Modeling concurrency and selective mixing in heterosexual partnership networks with applications to sexually transmitted diseases
journal contributionposted on 10.08.2021, 00:58 by Ryan AdmiraalRyan Admiraal, MS Handcock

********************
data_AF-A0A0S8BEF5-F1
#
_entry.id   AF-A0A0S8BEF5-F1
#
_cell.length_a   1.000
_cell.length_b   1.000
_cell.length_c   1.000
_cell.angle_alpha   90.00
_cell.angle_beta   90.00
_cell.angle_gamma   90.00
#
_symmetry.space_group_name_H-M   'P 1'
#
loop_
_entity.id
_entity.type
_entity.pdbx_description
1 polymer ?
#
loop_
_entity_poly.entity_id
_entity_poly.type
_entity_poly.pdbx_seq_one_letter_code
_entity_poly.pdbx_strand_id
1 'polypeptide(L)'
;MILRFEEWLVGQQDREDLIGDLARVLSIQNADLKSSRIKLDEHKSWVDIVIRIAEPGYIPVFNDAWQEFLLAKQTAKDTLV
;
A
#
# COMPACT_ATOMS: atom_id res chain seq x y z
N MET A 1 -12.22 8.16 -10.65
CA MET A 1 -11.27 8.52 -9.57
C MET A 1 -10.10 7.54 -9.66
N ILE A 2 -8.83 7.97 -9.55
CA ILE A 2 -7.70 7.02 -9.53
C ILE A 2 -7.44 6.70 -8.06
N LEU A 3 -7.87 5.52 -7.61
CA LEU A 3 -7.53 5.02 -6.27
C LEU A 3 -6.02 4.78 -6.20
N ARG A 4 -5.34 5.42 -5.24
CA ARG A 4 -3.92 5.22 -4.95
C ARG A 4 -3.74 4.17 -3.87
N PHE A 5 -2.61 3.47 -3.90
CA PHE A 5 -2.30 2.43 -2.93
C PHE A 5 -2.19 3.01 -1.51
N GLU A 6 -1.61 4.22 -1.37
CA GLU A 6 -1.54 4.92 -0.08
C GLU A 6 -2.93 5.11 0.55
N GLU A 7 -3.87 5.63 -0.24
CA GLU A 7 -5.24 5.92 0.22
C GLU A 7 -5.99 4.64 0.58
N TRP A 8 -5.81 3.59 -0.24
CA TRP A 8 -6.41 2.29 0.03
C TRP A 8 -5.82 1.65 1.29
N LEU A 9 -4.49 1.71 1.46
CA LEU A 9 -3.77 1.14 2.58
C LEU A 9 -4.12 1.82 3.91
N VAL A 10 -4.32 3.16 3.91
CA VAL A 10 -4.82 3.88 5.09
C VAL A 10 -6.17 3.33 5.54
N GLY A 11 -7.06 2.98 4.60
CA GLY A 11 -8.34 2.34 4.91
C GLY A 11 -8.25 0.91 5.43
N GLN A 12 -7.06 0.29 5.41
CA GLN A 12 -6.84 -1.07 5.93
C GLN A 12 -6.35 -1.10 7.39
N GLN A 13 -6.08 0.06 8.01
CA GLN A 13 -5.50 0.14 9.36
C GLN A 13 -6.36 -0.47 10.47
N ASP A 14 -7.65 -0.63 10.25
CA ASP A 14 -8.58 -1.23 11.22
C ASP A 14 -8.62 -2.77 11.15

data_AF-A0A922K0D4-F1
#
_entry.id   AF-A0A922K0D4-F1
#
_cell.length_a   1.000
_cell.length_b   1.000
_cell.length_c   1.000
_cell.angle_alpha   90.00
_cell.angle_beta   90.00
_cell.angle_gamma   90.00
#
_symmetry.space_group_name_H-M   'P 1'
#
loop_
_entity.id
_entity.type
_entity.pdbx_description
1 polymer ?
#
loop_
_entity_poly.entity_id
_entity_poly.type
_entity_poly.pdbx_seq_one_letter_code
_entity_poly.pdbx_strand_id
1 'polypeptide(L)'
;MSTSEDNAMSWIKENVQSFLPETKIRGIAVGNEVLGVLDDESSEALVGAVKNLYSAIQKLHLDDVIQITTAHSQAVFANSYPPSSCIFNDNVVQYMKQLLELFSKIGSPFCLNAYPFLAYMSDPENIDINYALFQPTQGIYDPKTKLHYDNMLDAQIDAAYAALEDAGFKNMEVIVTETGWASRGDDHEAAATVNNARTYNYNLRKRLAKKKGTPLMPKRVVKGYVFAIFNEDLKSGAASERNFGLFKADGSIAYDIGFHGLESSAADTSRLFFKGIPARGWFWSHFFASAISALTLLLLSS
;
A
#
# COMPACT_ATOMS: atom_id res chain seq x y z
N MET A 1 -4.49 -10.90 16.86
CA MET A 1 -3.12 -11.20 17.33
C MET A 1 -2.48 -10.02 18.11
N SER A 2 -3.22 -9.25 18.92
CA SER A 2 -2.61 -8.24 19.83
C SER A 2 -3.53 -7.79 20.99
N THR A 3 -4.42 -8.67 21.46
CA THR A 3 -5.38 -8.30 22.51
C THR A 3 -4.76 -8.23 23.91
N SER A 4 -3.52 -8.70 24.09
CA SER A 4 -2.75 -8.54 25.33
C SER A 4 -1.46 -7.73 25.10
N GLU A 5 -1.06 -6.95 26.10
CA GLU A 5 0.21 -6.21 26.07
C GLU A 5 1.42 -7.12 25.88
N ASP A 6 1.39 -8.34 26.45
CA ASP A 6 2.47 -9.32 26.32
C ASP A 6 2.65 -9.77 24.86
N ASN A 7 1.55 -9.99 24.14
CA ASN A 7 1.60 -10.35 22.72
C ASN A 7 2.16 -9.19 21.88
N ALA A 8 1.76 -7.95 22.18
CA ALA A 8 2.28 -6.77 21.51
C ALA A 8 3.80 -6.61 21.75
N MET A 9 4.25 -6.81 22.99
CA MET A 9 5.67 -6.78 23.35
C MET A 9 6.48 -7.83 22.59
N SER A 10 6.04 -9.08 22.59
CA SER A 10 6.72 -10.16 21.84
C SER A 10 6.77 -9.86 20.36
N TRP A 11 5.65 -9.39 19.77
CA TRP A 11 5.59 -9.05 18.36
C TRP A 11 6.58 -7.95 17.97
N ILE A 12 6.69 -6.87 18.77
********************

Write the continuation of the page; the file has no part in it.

Network-based models for sexually transmitted disease transmission rely on initial partnership networks incorporating structures that may be related to risk of infection. In particular, initial networks should reflect the level of concurrency and attribute-based selective mixing observed in the population of interest. We consider momentary degree distributions as measures of concurrency and propensities for people of certain types to form partnerships with each other as a measure of attribute-based selective mixing. Estimation of momentary degree distributions and mixing patterns typically relies on cross-sectional survey data, and, in the context of heterosexual networks, we describe how this results in two sets of reports that need not be consistent with each other. The reported momentary degree distributions and mixing totals are related through a series of constraints, however. We provide a method to incorporate those in jointly estimating momentary degree distributions and mixing totals. We develop a method to simulate heterosexual networks consistent with these momentary degree distributions and mixing totals, applying it to data obtained from the National Longitudinal Study of Adolescent Health. We first use the momentary degree distributions and mixing totals as mean value parameters to estimate the natural parameters for an exponential-family random graph model and then use a Markov chain Monte Carlo algorithm to simulate person-level heterosexual partnership networks.